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Is Amazon Go 'the death of jobs'?
It’s no secret that Amazon is desperate to take a significant step into physical retail.
The announcement of its takeover of Whole Foods is hugely significant, as are the large bookstores that have opened on university campuses in the US. But now, a far more important step has been taken – and one that could have big repercussions.
What is Amazon Go?
Amazon Go is a shop that uses sensors and other technology, rather than staff, to identify and automatically charge customers. It’s currently being trialled in Seattle, but it’s been announced that it’s nearly ready to launch.
The concept of cashier-free stores isn’t new. Start-ups like Sprucebot allow businesses to sell their products without processing a payment in store. But when the world’s biggest online retailer starts using this technology, the world takes notice.
A number of questions remain, not least of all around security. But Amazon Go will be selling to the public in the very near future.
What does this mean for retail?
Amazon may have finally found an innovation that gives them the USP they need to breach offline retail.
How the Amazon Go concept could function on your average high street is less clear. Evidently it couldn’t offer access to all its products, so would have to operate a click-and-collect style service like Argos’ collection-point only stores. But the speed and convenience that cashier-free purchasing offers can’t be ignored. It could ultimately shape the future of retail – in which case, Amazon would be perfectly positioned to benefit, and traditional retailers would be left behind.
But start-ups have been working on versions of this concept for years. And the self-service tech giant Diebold has produced an app that lets customers scan and pay for products themselves as they walk around a store.
As ever, while some will lament Amazon’s all-encompassing growth, others will recognise the opportunity to play them at their own game.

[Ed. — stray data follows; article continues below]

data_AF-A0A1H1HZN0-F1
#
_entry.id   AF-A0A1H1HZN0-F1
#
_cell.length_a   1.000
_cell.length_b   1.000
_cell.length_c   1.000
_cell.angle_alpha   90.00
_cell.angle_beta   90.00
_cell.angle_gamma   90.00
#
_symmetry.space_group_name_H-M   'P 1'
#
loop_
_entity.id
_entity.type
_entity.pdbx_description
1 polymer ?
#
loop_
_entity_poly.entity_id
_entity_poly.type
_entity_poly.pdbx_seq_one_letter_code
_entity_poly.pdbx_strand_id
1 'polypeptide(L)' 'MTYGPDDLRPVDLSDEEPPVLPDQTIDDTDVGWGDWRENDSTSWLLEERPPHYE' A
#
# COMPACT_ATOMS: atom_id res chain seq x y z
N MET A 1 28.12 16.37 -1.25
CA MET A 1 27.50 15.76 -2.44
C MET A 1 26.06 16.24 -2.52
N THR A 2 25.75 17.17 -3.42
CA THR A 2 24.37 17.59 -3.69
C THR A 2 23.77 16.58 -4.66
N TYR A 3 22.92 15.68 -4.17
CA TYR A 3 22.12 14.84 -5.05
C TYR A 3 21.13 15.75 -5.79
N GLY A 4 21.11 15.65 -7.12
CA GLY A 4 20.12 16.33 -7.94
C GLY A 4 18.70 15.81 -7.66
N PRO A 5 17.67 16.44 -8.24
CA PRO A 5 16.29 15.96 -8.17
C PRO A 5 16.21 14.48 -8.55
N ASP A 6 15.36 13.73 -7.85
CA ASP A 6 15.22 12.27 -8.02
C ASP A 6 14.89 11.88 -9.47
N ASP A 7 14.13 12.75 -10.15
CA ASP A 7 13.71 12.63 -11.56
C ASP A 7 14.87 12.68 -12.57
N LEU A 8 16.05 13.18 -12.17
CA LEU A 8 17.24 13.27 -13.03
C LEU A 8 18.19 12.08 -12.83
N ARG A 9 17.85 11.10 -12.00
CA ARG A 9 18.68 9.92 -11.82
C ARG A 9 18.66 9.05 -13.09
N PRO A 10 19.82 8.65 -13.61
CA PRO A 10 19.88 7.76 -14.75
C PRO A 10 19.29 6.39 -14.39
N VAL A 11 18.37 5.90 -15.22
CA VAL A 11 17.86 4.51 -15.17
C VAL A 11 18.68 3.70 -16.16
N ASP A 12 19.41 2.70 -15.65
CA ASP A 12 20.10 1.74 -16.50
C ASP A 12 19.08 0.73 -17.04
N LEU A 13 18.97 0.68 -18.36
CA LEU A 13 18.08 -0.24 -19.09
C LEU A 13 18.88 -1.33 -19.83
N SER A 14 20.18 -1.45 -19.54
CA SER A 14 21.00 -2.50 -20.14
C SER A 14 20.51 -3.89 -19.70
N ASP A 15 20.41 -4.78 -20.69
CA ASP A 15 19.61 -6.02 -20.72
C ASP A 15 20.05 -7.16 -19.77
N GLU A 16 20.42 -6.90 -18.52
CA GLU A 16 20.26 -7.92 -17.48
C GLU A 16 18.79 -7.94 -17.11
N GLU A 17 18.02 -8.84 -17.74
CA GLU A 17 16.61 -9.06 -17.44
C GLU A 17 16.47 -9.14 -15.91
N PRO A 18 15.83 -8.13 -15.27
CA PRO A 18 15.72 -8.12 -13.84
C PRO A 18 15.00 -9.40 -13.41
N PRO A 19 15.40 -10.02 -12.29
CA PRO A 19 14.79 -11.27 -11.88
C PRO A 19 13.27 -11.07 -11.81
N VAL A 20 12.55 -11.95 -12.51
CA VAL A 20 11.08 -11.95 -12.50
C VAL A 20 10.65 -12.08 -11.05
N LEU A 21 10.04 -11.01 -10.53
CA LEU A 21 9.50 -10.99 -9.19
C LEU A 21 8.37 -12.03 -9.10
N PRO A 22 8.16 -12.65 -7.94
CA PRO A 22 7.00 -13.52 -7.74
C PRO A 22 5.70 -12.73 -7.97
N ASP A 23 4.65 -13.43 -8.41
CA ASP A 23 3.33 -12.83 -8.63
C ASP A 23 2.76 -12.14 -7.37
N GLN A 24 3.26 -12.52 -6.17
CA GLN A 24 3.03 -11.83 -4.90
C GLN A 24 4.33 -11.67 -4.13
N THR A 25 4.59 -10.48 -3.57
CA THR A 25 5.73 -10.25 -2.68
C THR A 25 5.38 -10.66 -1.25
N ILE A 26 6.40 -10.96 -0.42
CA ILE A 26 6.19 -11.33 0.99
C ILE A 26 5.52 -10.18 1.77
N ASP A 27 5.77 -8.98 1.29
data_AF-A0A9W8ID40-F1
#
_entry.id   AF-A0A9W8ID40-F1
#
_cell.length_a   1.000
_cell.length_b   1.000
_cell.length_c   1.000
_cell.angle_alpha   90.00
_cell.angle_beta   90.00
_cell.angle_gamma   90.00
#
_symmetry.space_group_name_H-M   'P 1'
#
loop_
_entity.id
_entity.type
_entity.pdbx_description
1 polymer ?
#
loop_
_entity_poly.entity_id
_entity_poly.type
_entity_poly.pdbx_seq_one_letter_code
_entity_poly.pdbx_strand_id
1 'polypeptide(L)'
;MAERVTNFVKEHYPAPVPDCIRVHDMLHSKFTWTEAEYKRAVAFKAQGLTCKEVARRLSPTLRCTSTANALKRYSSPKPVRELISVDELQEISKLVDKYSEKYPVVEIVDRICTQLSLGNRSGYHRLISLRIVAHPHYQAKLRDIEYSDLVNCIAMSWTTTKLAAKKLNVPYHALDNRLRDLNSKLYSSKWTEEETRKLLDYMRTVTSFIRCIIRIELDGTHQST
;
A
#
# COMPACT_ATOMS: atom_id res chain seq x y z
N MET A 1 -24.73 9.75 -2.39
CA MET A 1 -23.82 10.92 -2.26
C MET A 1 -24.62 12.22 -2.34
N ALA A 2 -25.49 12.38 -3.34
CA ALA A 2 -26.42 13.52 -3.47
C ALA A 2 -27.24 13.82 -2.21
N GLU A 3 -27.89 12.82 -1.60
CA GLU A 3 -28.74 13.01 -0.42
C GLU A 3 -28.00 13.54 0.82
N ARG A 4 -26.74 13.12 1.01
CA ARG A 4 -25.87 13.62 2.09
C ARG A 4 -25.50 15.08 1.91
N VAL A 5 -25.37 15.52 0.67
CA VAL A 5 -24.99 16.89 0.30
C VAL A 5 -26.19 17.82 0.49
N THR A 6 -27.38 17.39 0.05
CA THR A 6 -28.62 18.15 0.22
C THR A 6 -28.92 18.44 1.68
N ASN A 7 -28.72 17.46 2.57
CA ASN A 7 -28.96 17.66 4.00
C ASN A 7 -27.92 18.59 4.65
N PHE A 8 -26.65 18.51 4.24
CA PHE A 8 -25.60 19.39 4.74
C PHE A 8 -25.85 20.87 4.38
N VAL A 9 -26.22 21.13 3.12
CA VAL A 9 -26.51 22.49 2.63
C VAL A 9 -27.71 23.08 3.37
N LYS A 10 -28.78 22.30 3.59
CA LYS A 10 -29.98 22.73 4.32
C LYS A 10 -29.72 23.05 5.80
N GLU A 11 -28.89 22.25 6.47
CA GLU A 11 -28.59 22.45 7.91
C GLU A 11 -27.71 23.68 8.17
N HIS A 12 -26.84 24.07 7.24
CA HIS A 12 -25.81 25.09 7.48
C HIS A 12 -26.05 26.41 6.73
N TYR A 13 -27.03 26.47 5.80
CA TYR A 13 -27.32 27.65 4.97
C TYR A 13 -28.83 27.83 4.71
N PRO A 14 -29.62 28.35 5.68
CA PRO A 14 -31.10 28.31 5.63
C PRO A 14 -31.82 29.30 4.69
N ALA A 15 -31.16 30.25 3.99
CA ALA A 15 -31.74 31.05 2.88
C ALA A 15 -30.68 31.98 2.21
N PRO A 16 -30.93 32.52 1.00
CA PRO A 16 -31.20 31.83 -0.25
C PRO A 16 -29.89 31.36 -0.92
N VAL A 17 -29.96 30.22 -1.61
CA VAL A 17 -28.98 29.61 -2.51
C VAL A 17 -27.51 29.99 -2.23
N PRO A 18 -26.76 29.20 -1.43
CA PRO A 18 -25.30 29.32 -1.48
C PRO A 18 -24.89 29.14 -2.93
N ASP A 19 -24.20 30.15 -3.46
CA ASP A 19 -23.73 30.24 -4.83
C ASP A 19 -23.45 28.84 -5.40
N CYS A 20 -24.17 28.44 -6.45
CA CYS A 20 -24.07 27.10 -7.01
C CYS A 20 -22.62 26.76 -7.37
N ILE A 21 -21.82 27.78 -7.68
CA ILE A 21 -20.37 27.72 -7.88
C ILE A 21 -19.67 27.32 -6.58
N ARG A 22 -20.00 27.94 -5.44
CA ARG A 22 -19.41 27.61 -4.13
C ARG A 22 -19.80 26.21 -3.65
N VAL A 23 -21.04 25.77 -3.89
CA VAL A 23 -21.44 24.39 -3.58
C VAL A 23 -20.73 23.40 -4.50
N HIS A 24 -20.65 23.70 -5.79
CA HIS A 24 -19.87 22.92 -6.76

Does this mean ‘the death of jobs’?
The assumption is that self-service technology removes the need for human support – indeed, last year the New York Times called Amazon’s plans ‘the death of jobs’. But this is a false assumption for a couple of reasons.
Firstly, for this kind of technology to reach a point at which it’s ubiquitously successful, human maintenance is essential. We all see this every day at supermarket self-service checkouts, especially when it’s busy. Truly staff-free selling is some way off yet.
And secondly, smart retailers will realise that rather than cutting staff numbers, this technology is an opportunity to make better use of employees – and create better customer experiences. Granted, some giants like Tesco will use self-service as an opportunity to make redundancies when it needs to make savings. But make no mistake; customers don’t want to buy from robots.
The growing popularity of experiential retail in recent years has been enormous – and the vast majority of those experiences are powered by human, not technological, engagement. So the ultimate outcome might be that the nature of service jobs changes from transactional to advisory: arguably, a role that would be more challenging and interesting. Let the technology do the boring stuff, and humans do what they do best.
That’s what we do at XLN – and it works. We have software developers who are constantly finding new ways of automating the mundane tasks to allow our staff to focus on exceptions. It’s what helps us to wow our customers and provide the service we’ve become renowned for.
What does the future look like?
So what do you think? Will stores in the future look like Amazon Go? Or is this a flash-in-the-pan innovation that will only serve to make customers more loyal to traditional shops?